chatting with the Fae, but he acknowledged him. Those words would carry weight with the Wizards present and ripple beyond them. Helcyon was an ally.
Relief eased one of the burdens inside him. He wouldn’t have to defend their friendship and allegiance. At least not right now.
“Take the inquisitor general through to Underhill. Leave him for the Danae’s hounds.”
It was an unheard-of punishment to consign a Wizard to the fate they left their Fae forbearers to. Worse still, the inquisitor general would be helpless, with no magic to call on. Underhill, without the similar human symbiosis such as Saranna shared with Cassie’s great-grandmother, he would wither and age, if the beasts didn’t get him first.
“Wait.” Cassie tried to step around him, but Jacob stayed with her and turned his back on them all to face her.
“I want him to answer one more question. Please, Jacob…I just need to know one more thing.”
Exhaling harshly, he nodded. “But you stay here. Away from him.”
She nodded slowly, and Jacob turned, half blocking her but allowing her to see Gustav.
“Was it your idea or Michael’s to kill my family?”
Jacob’s heart squeezed at the emptiness in Cassie’s voice.
“Michael’s. He never forgave the Danae for executing his father. He grew tired of waiting. Young Wizards are too impatient. He killed them to bring her out, to make her act. I disagreed with it, but he was right. It worked.”
“Thank you.” Cassie nodded once. “I don’t care what you do with him now.” She turned away, her tear-filled gaze drifting over Dalton’s still, lifeless body.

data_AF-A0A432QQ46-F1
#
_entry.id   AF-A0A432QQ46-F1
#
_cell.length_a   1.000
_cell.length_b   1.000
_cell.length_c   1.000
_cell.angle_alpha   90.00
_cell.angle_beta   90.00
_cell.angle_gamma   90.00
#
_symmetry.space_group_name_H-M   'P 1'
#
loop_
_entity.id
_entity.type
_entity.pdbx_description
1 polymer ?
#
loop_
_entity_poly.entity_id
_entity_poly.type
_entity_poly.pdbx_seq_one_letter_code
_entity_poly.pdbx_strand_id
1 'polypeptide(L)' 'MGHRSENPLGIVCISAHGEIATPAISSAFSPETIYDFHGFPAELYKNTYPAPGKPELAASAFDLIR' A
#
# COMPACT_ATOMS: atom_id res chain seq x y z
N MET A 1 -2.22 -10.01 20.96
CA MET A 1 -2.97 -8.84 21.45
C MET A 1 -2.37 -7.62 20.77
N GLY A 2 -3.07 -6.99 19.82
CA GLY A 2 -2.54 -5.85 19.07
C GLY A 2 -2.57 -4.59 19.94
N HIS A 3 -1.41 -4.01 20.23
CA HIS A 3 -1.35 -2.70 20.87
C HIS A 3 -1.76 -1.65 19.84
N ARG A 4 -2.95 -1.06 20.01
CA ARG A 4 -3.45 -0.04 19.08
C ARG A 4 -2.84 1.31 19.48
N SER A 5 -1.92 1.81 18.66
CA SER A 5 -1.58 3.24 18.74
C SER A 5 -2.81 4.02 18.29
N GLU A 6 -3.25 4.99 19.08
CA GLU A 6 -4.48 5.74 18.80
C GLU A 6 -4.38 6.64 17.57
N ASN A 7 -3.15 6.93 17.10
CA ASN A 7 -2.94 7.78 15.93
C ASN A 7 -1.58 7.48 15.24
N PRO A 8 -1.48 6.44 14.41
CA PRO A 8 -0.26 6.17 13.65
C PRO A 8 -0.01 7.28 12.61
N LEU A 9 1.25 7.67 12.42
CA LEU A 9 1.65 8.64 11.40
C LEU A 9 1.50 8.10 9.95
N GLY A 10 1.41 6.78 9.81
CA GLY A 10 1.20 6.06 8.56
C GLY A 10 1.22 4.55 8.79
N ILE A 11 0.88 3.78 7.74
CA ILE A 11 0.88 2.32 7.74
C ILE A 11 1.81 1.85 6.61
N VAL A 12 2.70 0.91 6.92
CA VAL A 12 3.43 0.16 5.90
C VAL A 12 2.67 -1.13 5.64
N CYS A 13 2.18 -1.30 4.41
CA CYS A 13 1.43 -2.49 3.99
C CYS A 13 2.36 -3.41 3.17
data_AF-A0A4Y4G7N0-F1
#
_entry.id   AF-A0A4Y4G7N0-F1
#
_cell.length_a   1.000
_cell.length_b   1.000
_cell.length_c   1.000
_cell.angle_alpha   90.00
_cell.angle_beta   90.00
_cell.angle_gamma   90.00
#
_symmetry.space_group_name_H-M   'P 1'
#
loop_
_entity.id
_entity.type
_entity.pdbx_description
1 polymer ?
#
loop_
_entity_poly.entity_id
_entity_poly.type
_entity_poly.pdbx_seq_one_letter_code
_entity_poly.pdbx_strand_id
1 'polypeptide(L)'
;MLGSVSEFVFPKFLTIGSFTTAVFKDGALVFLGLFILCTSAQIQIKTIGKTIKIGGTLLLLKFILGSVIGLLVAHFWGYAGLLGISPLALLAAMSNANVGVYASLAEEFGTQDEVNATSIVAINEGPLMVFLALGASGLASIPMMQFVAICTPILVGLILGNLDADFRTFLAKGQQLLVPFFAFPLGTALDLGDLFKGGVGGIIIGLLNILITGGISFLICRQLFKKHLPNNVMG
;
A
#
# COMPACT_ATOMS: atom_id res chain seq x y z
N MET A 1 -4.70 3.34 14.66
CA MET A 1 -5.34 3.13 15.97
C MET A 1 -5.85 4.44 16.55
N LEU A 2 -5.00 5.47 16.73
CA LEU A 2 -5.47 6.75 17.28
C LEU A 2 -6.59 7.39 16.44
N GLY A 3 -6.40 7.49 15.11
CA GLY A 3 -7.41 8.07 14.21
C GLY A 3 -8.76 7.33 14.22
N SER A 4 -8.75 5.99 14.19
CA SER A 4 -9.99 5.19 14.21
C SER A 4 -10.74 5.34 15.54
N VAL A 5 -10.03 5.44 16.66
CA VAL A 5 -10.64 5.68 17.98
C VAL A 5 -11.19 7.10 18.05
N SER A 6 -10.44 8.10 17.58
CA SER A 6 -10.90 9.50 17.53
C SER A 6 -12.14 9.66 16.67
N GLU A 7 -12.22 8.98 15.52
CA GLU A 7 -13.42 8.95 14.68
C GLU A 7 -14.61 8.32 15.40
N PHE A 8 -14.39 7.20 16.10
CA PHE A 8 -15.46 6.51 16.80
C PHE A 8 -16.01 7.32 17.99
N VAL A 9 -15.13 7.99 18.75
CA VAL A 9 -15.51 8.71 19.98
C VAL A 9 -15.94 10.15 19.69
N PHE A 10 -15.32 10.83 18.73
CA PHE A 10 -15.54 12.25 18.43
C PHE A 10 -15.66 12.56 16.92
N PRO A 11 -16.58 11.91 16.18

One month later…
Helcyon watched the full moon hanging fat and yellow over the snowy caps of the surrounding mountains. It was nearly one full moon’s passage since the world was turned upside down and six weeks since the Fae came back into the world. He’d had word that the Danae was in Scotland at Balmoral Castle, visiting with England’s reigning monarch.
Cassie declined to attend as she’d declined every other entreaty from the Danae or anyone else. That first week after he’d left Gustav Underhill, she’d barely said anything. She slept, she ate when they bullied her, and most of the time she just sat on the deck and stared at the mountains.
Services were held for many of the fallen Wizards, but they attended only one. The private one they held for Dalton. The man was buried in the garden Cassie began cultivating. She’d transplanted rose bushes the next day.
The third week, she shut down her media agency and sold her client list, all save for the Fae. She divided the profits among her staffers and sent a quiet, anonymous check to her assistant’s family. Every night she spent in his bed or Jacob’s, but despite her affection, she continued to grieve, and he was at a loss of how to get her through this, except to be there for her.